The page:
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house in the forest

What Is the Wildland Urban Interface?

If you love nature and sought out your house because of its location – abutting up to acres of wildlife and forests – then you might be living in a wildland-urban interface. These locations occur all over the United States, and while they’re appealing for many reasons, it’s also important to understand the wildfire risks that are inherent with these settings.

What Is the Wildland Urban Interface? 

The wildland-urban interface, or WUI, is comprised of home communities in the United States built in areas that the US Forest Service considers high risk for wildfire. The US Federal Register defines the WUI based on vegetation density. Houses in the WUI are located close to wildland vegetation that can fuel fires, increasing the risk to these homes when wildfires occur.

According to PNAS (Proceedings of the National Academic Academy of Sciences), “the WUI in the United States grew rapidly from 1990 to 2010 in terms of both number of new houses (from 30.8 to 43.4 million; 41% growth) and land area (from 581,000 to 770,000 km2; 33% growth), making it the fastest-growing land use type in the conterminous United States.”

WUI areas tend to have heavy vegetation, but they don’t always have the infrastructure to fight the rapid fire spread that can result. These areas are naturally appealing, thanks to their solitude and the intimate connection to wildlife ecosystems that they offer, and that’s leading to the construction of more housing units and residences. But moving into the WUI comes with increased fire risks.

The Risks of Living in the WUI

The issue with homes built in the WUI is that when there is no clear border between homes and wildlands, wildfires cannot be left to naturally burn because there is no defensible space. Plus, when there are more humans living in forests, high-density vegetation, and undeveloped wildlands, there will be more accidental wildfire ignition.

Because of the risk involved with homes built in the WUI, both for human life and property loss, there are now stringent requirements for new construction in these areas in order to attempt mitigation efforts. For example, Ch7, a building code in California requires homes in the WUI to be built using fire-safe materials, including vents that close in the face of intense heat from wildfire.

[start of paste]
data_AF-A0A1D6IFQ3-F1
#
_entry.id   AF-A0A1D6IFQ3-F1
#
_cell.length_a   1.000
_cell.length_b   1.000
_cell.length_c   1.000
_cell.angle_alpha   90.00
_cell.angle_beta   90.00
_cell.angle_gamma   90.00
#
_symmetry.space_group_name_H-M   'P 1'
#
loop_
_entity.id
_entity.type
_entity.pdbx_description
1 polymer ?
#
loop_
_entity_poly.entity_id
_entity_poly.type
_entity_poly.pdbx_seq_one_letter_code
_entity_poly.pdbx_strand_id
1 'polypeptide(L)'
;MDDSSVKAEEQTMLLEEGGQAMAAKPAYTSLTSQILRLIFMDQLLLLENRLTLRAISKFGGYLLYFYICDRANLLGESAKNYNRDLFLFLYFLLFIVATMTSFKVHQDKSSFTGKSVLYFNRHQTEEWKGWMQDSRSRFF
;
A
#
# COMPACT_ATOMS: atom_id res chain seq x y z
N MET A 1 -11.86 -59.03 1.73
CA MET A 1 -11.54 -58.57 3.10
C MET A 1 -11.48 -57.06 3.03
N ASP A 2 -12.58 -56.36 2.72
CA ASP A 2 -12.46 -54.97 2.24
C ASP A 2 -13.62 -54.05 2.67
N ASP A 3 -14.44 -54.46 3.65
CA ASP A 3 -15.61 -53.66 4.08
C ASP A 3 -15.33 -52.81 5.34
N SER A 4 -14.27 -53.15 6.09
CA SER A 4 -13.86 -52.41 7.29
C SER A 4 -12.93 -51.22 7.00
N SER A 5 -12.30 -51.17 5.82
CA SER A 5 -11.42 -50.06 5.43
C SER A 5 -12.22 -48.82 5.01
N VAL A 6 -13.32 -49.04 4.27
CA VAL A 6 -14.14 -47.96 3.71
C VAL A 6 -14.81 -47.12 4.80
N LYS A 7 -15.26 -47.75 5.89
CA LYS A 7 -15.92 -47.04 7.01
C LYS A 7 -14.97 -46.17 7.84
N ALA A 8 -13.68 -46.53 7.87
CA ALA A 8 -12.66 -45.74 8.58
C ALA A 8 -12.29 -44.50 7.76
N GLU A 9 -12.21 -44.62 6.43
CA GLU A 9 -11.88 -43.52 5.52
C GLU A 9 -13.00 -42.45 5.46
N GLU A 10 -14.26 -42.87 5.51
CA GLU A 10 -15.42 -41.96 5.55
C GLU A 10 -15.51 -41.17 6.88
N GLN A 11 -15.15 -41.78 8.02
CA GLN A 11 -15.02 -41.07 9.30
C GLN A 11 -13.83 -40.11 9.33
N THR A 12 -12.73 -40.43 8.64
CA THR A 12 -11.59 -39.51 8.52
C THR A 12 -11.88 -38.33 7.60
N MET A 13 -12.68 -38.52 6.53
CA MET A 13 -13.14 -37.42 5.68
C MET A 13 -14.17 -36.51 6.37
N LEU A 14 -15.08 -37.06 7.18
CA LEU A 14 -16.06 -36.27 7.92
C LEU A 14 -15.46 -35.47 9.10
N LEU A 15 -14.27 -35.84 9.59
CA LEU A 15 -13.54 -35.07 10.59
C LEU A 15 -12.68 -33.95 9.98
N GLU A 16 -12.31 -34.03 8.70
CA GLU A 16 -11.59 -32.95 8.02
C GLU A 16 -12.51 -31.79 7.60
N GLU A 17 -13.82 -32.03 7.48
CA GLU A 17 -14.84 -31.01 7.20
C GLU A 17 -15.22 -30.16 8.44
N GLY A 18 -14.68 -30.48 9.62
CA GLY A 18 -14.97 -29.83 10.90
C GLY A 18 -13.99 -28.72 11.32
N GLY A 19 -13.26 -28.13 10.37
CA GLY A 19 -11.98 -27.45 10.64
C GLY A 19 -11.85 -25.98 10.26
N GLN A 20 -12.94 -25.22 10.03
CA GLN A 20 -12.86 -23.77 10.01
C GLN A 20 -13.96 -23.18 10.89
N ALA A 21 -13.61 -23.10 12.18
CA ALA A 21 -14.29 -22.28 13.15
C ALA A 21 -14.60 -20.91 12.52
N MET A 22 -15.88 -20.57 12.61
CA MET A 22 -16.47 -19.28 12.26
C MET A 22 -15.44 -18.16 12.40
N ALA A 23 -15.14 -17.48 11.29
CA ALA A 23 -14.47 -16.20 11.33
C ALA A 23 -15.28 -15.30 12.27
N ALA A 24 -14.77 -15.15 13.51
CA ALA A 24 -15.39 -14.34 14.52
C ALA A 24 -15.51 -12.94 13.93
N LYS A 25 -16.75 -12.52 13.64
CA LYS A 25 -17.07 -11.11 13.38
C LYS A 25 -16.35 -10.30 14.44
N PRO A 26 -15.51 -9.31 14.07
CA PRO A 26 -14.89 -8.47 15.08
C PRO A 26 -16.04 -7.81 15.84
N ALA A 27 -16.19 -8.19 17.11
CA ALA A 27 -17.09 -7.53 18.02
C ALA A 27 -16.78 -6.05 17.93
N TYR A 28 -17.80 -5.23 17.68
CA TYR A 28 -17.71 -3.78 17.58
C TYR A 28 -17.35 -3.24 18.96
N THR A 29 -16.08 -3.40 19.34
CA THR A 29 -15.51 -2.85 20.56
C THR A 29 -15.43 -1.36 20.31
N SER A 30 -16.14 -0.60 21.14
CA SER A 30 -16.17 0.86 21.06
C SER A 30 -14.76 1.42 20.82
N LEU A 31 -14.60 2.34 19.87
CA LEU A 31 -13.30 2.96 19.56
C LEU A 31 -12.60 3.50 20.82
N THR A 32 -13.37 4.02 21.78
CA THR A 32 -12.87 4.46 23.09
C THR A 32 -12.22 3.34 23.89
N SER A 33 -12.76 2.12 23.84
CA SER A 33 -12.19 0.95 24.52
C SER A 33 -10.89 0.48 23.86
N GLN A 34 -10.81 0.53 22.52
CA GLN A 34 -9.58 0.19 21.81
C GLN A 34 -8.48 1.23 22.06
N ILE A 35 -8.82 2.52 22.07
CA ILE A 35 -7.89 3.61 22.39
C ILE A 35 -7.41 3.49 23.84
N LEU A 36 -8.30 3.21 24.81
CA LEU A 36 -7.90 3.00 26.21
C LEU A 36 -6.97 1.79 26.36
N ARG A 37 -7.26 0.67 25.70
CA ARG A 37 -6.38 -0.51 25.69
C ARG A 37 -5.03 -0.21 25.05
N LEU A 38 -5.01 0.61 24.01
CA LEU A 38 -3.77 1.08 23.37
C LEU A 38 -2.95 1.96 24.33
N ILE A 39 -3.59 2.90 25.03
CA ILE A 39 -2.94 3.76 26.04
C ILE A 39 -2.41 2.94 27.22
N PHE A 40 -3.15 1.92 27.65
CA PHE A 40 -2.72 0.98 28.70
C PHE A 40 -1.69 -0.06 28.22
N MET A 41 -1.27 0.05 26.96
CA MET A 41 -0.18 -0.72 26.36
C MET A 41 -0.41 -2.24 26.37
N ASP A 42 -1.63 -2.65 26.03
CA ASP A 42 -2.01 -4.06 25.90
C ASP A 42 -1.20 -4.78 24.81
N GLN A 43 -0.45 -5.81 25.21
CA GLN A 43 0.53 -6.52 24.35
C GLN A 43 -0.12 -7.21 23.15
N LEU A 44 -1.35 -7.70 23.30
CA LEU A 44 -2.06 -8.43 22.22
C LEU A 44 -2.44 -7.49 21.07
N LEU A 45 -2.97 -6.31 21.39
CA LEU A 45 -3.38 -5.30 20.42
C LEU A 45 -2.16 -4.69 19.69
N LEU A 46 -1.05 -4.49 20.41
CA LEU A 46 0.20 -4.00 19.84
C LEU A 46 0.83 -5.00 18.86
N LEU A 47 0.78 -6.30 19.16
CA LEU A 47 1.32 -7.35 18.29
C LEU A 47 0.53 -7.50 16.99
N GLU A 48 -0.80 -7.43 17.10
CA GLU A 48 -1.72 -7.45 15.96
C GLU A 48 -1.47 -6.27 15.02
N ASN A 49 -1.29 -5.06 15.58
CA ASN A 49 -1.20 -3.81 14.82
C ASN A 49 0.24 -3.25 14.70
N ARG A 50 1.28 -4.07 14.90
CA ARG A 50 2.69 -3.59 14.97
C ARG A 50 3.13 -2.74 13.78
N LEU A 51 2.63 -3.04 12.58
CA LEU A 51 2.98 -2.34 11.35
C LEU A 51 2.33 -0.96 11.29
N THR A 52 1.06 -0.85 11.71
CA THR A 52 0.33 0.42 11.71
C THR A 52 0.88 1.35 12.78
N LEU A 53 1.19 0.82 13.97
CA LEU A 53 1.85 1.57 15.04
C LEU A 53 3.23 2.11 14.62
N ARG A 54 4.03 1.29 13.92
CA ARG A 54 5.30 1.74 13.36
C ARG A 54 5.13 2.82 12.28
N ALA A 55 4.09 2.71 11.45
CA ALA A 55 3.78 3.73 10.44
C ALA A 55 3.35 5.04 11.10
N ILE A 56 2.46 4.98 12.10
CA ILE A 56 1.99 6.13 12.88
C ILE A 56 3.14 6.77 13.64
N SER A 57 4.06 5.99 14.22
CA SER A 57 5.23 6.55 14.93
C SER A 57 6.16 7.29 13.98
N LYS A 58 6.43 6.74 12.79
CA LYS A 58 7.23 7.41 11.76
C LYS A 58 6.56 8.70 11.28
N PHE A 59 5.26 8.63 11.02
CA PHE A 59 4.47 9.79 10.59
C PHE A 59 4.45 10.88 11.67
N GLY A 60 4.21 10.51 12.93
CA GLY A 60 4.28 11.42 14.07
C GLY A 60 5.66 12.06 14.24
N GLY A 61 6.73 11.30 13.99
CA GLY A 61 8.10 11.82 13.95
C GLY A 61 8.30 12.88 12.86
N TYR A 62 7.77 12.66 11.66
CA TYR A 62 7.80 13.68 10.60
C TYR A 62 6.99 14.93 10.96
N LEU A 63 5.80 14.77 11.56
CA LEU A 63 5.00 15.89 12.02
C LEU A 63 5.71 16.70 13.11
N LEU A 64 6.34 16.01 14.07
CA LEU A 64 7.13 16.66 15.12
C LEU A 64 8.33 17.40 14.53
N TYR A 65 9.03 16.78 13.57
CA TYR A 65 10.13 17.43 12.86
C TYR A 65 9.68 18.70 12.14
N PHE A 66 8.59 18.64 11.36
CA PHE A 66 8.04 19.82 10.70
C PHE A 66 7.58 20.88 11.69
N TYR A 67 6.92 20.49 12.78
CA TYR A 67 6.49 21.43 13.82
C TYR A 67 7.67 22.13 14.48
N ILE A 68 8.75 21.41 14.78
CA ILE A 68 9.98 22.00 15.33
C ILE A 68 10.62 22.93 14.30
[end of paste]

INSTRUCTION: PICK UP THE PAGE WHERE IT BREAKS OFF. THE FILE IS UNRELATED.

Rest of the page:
The Community Role in Fighting Wildfires

Planning plays a key role in wildfire management and prevention, allowing communities to quickly mobilize in the event that a fire does occur. PNAS recommends that communities in the WUI work together to train fire departments and firefighters, create fire management and evacuation plans, and implement other mitigation efforts to help reduce losses that do occur during wildfires.

How to Reduce Wildfire Risk When You Live in the Wildland Urban Interface

While communities can work together to address wildfire risks, homeowners also need to take an active role in protecting their properties and minimizing their own potential contributions to fire risks.

Homeowners living in the WUI can take a proactive approach in preparing for and preventing wildland fires:

  • Avoid using flammable landscaping materials, like bark and wood chips, near homes and structures
  • Keep tall grass in the home safety zone mowed to two inches and remove fallen trees from beneath trees and bushes in the yard
  • Move firewood at least 15 feet away from the home
  • Follow all local burn ordinances and practice proper burning techniques
  • Maintain grills and use them carefully and properly
  • Eliminate fire hazards like combustible materials

The National Fire Protection Association’s Firewise home preparation fact sheet offers additional property and home management tips.

Enhancing Your Home to Defend it From Wildfires

The following home modifications can also help to protect your house from wildfires: 

  • Vulcan Vents

Even if a wildfire is miles away, embers can still make their way into your home through your attic and crawlspace vents, starting a fire. While traditional vents are vulnerable to the threat of embers, Vulcan Vents are designed to block embers, flames, and heat, protecting your house. 

  • Fire Suppression Systems

Investing in fire suppression systems like wildfire sprinkler systems can help to protect your home against wildfires. Ember Wildfire Defense Solutions offers three sprinkler systems, including permanent and portable options, sprinklers that hook right up to your garden hose, and systems designed to protect your large property. 

  • Gutter Guards

Most gutters can harbor debris, catching leaves, needles, and other combustible materials. Placing Valor Gutter Guards over your existing gutters can help to prevent debris buildup, assisting with fire prevention while also making your roof eaves cleaner and more attractive.

Fire Defense in the WUI

If you live in the WUI, then it’s essential to not only take steps to reduce the risk of accidentally starting a fire, but to also protect your home in the event of a wildfire. The more proactive you can be, the better the chance you’ll have of keeping your house safe. Even if you have to evacuate, knowing that you’ve taken extra steps to protect your house will give you peace of mind.

Ember Defense can help you to identify modifications and products that are right for your home, and that will assist you in protecting it against fires.

Reach out for an evaluation today.

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